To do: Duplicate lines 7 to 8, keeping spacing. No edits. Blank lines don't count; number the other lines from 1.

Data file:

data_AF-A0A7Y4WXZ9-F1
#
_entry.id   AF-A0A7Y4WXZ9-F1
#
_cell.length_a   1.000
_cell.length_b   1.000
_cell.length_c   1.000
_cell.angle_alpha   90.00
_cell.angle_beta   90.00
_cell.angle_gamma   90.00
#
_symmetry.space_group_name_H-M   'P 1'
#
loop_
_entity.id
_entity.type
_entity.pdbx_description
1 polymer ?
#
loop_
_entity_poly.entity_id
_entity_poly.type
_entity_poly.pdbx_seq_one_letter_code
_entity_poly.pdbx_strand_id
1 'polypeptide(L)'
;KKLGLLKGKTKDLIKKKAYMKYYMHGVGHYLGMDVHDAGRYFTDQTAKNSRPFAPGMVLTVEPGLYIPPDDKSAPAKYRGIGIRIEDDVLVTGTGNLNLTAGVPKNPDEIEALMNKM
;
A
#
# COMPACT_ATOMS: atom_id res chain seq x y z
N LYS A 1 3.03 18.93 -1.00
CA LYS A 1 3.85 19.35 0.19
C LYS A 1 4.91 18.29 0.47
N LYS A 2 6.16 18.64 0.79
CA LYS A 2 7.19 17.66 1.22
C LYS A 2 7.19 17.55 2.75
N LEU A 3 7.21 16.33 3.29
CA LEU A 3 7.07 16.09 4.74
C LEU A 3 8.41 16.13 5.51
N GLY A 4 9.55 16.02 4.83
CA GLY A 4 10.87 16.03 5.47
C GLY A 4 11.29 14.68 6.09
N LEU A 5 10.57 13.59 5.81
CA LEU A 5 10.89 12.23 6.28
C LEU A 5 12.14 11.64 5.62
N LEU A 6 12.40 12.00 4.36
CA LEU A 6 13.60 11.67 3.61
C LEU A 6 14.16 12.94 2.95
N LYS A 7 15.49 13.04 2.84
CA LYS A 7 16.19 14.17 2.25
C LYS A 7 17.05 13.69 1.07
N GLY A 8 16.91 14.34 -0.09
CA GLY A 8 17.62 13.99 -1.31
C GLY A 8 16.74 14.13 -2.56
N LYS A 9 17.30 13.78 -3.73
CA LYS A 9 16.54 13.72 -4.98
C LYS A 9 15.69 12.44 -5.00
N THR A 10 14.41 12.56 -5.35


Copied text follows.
_cell.length_c   1.000
_cell.angle_alpha   90.00